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Safj Single Treatment Of Azoxystrobin Inhibits Sporulation
December 2021 / January 2022

Green mould on citrus

SA Fruit Journal: December 2021 / January 2022

A sword hanging over the continued use of imazalil to control green mould on export citrus fruit, has led to the discovery of alternatives that might get the job done even better. By Dr Cheryl Lennox (Stellenbosch University)

Penicillium digitatum, the cause of citrus green mould, was first described and classified by PA Saccardo in 1881. Some 140 years later, the pathogen remains an unrelenting headache for citrus growers and exporters.

Citrus green mould is one of the most problematic and destructive postharvest diseases in citrus fruit, particularly oranges. It is responsible for 90% of fruit deterioration during storage, resulting in serious economic losses.

As much as 3 – 4% of citrus fruit is lost due to green mould in the postharvest supply chain. Based on the value of SA’s citrus export market, the economic impact of the disease is estimated to be between R798 million and R1.064 billion per year.

Citrus producers worldwide have long since counted on synthetic fungicides to control green mould. The South African industry is particularly dependent on chemical assistance, given the vast distances export fruit has to cover from the orchards where they are grown to the export markets where they are consumed.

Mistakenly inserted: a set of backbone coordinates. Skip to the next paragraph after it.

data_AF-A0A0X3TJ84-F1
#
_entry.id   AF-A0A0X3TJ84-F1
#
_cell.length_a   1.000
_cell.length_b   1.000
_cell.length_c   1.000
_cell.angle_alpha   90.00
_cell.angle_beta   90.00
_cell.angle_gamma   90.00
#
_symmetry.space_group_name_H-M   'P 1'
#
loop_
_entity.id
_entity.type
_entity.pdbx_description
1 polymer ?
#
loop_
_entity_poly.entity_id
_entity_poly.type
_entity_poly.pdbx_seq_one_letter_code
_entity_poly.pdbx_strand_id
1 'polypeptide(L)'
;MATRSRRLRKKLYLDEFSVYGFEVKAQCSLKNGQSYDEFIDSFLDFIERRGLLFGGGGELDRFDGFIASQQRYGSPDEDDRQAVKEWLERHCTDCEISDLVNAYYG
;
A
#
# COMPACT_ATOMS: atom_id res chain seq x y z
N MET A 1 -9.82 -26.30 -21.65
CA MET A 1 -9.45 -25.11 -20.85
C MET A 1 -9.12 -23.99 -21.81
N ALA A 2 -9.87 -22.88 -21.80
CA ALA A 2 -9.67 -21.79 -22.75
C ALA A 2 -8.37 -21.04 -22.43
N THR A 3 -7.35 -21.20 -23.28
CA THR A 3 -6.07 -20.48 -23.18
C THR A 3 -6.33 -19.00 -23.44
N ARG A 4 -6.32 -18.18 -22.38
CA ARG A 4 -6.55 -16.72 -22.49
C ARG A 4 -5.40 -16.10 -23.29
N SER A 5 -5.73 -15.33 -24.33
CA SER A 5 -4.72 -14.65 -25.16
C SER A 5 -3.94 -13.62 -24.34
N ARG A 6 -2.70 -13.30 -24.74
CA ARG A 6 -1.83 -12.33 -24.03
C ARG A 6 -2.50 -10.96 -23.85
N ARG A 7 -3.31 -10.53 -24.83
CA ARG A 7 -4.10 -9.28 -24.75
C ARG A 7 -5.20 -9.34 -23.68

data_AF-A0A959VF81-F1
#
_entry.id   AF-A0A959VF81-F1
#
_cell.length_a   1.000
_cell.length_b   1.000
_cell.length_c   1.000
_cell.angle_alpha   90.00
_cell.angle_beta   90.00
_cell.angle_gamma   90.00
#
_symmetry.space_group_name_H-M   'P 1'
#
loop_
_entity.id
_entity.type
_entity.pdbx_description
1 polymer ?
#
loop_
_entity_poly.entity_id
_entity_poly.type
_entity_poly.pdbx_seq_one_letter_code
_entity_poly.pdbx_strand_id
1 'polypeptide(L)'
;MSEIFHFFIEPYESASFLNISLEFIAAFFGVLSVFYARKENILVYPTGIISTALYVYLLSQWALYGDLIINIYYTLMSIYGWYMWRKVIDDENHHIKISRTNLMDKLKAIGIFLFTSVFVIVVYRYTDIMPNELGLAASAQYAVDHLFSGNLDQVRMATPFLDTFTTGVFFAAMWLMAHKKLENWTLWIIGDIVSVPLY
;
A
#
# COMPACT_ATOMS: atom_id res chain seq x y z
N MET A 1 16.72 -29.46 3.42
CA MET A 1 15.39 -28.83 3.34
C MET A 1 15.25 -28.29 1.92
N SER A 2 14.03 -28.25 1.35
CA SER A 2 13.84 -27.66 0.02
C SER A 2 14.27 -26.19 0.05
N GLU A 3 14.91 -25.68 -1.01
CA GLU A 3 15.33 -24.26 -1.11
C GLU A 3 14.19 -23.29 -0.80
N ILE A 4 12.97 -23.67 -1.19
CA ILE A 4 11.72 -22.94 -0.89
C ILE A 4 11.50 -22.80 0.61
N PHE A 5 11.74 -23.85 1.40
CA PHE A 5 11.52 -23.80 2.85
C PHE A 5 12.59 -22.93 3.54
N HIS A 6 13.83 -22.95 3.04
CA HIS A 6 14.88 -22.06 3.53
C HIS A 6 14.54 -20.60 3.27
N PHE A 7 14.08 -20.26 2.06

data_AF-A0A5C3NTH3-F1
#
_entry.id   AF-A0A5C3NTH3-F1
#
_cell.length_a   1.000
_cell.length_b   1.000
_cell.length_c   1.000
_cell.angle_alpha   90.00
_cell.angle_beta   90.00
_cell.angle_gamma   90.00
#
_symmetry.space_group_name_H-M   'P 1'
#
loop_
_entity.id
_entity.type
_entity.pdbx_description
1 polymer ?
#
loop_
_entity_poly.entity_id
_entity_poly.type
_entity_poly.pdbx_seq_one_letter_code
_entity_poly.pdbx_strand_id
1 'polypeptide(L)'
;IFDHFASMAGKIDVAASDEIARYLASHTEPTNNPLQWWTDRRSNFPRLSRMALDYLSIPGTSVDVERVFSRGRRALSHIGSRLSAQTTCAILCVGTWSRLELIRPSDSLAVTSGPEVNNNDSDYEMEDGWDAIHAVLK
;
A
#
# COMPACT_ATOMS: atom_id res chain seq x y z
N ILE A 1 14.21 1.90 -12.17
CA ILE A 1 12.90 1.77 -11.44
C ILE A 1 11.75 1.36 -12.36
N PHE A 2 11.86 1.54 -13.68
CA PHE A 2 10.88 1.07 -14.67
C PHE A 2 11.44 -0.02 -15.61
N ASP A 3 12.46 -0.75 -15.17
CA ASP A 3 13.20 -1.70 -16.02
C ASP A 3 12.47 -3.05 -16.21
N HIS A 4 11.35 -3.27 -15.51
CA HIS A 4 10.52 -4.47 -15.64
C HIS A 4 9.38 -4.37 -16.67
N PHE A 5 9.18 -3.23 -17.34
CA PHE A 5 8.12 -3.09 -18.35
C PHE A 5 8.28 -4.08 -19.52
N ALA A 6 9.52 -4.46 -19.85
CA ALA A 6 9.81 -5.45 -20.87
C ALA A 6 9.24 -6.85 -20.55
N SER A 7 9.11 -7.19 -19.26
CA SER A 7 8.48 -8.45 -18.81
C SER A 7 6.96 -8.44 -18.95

Imazalil, the active ingredient, is a recognised stalwart in the battle against green mould. However, as fungicides develop resistance against chemical treatments and consumers’ demand for low, or no, residues on fruit grows louder, imazalil is under threat. A current review of the active ingredient and its residue levels could result in it being banned.

The risk of losing imazalil as a postharvest fungicide, and the implications for the local industry’s export viability, has triggered a search for alternatives. To this end, a study was led by Dr Cheryl Lennox, senior lecturer at the Department of Plant Pathology at Stellenbosch University, and Professor Paul Fourie of Citrus Research International, over the past two years. Charles Stevens, who holds a master’s degree in sour rot in citrus, conducted all the trials and analysed the data.

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